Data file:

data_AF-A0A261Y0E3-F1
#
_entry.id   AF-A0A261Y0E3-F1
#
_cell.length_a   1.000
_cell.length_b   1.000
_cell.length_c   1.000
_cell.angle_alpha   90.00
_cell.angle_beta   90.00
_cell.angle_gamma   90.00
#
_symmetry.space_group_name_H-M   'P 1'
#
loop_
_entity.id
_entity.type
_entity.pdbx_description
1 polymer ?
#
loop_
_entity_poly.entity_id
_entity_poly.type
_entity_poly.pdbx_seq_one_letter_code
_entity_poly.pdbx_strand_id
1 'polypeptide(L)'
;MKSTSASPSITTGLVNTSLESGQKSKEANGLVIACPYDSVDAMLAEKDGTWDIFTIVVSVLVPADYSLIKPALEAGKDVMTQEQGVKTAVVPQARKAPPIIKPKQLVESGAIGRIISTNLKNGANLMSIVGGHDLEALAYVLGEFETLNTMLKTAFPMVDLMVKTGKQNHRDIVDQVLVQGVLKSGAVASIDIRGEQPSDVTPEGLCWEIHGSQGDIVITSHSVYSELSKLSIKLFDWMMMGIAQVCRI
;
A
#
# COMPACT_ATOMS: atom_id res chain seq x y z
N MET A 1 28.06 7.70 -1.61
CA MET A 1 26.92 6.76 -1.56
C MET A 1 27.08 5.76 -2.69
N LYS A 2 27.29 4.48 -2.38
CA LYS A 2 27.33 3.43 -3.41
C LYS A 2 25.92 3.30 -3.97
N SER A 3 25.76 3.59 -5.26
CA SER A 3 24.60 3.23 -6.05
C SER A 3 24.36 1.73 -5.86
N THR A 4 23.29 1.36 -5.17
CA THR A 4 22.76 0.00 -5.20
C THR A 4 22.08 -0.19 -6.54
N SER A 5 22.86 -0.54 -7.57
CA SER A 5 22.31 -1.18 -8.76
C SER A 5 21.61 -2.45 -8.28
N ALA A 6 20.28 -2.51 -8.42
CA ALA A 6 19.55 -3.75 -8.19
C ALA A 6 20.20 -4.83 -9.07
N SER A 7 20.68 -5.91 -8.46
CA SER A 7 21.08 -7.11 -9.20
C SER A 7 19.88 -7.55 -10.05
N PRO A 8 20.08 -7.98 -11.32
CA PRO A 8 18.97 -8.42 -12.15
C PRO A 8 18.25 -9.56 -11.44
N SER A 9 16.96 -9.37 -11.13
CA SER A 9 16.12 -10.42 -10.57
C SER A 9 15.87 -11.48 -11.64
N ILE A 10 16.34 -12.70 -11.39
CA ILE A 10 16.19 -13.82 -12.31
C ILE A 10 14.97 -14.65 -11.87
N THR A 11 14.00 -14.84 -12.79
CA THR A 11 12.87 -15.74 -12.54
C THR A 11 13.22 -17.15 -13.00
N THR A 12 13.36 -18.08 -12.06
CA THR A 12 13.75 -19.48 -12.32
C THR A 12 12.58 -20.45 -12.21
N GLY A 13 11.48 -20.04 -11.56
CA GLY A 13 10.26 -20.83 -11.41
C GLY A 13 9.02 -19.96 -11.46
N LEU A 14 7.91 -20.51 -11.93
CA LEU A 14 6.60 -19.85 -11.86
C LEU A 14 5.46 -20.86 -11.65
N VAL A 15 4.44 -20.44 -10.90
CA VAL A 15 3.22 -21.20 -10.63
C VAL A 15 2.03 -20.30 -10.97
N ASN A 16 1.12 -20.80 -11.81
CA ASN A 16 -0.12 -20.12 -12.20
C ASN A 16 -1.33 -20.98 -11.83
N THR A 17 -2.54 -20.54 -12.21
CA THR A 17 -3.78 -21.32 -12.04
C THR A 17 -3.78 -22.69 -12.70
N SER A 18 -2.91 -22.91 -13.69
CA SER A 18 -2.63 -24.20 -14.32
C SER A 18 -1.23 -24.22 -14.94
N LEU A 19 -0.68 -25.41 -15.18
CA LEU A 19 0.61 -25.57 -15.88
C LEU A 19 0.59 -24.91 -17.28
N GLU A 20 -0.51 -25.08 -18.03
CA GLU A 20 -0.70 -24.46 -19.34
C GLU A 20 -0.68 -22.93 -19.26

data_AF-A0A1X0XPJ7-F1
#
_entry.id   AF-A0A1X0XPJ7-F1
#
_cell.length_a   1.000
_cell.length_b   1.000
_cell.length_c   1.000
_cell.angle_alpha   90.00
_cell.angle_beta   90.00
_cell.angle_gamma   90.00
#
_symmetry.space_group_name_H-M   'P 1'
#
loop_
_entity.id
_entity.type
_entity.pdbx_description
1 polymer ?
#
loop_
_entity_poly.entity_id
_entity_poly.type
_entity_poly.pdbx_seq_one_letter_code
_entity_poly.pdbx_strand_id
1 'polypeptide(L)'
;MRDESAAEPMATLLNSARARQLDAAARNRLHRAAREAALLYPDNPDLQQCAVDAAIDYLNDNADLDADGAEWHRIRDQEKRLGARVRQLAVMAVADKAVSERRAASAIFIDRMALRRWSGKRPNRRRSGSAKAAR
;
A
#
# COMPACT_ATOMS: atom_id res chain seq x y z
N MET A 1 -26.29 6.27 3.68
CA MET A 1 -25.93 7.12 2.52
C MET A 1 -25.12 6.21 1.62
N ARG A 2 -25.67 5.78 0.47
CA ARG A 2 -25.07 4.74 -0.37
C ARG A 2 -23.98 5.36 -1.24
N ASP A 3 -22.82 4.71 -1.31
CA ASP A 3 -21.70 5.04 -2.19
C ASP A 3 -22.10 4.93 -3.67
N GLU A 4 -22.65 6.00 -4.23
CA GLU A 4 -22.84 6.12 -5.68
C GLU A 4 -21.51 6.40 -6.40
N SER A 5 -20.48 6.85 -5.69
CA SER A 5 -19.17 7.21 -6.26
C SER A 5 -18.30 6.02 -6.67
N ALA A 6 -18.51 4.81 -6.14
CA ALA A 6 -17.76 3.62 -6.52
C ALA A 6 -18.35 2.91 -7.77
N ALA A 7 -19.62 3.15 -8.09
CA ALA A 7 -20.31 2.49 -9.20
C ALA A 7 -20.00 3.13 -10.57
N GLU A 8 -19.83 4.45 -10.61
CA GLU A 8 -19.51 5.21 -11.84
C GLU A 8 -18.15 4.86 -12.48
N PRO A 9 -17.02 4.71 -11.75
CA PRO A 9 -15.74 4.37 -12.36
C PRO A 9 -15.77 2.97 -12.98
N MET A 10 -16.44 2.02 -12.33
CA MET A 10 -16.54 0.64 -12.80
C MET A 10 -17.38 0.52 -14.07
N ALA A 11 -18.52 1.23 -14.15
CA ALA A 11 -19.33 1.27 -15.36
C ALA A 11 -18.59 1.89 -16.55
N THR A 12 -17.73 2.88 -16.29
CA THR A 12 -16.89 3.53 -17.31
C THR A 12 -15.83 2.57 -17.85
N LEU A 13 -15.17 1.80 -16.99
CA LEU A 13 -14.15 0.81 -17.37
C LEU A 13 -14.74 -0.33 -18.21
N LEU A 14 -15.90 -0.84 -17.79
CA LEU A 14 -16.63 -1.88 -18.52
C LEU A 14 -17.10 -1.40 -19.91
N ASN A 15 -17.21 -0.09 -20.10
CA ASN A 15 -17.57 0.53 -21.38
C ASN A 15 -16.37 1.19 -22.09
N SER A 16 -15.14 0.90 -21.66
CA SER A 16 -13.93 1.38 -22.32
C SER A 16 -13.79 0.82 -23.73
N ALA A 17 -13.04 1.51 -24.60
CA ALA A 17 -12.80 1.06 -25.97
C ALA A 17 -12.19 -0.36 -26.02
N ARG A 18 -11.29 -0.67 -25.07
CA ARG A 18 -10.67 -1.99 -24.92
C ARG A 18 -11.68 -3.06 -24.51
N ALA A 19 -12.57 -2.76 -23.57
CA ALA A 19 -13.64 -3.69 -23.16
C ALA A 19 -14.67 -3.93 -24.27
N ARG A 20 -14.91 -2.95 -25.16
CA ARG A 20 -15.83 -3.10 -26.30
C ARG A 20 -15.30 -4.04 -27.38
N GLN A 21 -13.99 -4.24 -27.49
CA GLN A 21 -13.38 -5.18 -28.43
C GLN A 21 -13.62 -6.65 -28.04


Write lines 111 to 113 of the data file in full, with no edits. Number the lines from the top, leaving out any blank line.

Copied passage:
_entity_poly.entity_id
_entity_poly.type
_entity_poly.pdbx_seq_one_letter_code